Bumchu Festival

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Overview:

Recently, the Bumchu Festival was celebrated in the Tashiding Monastery, located in the state of Sikkim.

About Bumchu Festival:

  • Bumchu Festival is the Tashiding holy water vase ritual which is a unique and important occasion that draws travellers from all over the world.
  • Annual performances of this ancient ceremony are held at the Tashiding Monastery, located in the western part of Sikkim.
  • The Bumchu festival commemorates a supernatural occurrence that took place in the 18th century under Chogyal Chakdor Namgyal.
  • Bumchu means “pot of sacred water” in Tibetan. The vase is opened during the event, and the water inside is shared among the worshippers.
  • The water is thought to have healing qualities and to grant luck and riches to those who drink it.
  • The celebration takes place on the 14th and 15th of the first lunar month, which often falls in February or March.
  • In Sikkim, the Bumchu festival is a time of intense delight and celebration. At the event, pilgrims travel to Tashiding from all around India as well as from close by nations like Bhutan, Nepal, and Sri Lanka.

Key facts about the Tashiding Monastery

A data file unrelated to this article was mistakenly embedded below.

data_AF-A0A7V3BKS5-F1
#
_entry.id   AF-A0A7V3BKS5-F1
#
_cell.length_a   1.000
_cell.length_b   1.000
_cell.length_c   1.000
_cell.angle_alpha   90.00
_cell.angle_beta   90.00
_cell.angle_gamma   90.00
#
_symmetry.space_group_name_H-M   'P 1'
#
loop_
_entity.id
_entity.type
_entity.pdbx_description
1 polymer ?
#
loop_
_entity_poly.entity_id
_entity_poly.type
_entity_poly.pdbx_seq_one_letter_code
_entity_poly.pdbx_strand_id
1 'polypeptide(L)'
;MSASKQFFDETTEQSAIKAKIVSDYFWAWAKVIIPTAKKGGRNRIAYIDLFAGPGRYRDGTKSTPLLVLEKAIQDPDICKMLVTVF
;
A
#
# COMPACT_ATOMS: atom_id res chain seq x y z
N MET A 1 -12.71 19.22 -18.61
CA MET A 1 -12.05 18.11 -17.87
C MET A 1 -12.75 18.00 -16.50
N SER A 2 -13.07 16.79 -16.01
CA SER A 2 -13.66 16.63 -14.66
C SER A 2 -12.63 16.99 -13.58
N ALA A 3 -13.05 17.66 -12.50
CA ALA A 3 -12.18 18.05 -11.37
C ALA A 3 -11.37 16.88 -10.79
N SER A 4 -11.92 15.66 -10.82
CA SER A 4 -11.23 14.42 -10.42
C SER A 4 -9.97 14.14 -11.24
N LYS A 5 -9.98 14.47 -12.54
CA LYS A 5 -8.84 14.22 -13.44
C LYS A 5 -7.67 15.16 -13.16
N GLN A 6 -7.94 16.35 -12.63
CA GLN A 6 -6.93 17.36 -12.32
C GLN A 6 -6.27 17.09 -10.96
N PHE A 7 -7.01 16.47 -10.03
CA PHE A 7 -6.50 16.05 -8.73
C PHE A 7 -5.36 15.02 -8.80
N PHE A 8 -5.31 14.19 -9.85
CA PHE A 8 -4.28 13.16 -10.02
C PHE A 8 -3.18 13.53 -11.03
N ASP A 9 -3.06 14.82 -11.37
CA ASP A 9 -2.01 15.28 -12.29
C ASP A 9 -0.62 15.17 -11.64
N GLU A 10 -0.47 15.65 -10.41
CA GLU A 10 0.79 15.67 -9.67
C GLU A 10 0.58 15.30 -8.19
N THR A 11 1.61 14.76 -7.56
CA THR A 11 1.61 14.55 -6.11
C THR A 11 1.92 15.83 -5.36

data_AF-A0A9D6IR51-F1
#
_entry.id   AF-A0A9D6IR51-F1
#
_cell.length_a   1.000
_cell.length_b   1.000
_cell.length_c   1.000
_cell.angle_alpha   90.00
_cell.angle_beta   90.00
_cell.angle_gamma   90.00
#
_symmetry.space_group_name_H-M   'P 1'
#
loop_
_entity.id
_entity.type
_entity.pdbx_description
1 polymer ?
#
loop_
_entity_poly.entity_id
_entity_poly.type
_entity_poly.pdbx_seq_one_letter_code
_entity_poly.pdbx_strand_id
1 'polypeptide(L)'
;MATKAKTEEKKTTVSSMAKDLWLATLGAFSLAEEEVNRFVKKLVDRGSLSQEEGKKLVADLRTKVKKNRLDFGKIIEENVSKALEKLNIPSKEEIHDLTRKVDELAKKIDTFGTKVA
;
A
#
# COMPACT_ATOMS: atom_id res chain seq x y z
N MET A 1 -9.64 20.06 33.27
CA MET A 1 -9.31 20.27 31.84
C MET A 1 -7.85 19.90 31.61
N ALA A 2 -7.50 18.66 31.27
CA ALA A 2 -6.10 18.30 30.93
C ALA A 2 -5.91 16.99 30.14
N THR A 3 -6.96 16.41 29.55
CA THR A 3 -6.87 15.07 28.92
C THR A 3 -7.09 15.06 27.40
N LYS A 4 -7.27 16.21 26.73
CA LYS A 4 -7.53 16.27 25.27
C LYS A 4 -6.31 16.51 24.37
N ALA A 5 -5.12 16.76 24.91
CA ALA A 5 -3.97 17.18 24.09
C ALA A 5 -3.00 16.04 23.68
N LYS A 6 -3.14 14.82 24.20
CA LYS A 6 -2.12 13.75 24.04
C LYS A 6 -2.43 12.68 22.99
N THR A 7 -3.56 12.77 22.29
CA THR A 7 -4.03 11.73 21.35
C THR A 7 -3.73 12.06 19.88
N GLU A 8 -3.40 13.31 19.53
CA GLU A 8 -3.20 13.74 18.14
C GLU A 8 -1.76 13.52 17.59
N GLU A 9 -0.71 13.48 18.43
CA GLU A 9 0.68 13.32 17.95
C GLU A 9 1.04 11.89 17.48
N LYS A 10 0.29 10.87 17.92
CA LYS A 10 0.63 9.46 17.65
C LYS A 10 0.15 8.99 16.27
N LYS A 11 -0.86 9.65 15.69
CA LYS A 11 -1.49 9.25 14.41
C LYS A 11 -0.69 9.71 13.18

• It is one of the most sacred Buddhist pilgrimage sites, located on a hilltop overlooking the Rangeet River in Sikkim.
  • Guru Padmasambhava, better known as Guru Rinpoche, the great Buddhist guru who brought Buddhism to Tibet, blessed the location of the monastery.
  • A Nyingma teacher named Ngadak Sempa Chempo Phunshok Rigzing later founded the monastery in the 17th century.

 


Q1) What is the Nyingma sect?

The Nyingma is a Tibetan Buddhism set which is the oldest amongst the four schools and the second largest after Gelugpa sect. Nyingma in Tibetan means “ancient” and has roots going back to the 8th century when the indigenous Bon religion was strongly adhered to by Tibetans. The Nyingma sect is also known as the Red Hat sect because its Lamas wear red robes and hats.

Source: Tracing roots of Bumchu Buddhist Festival in Sikkim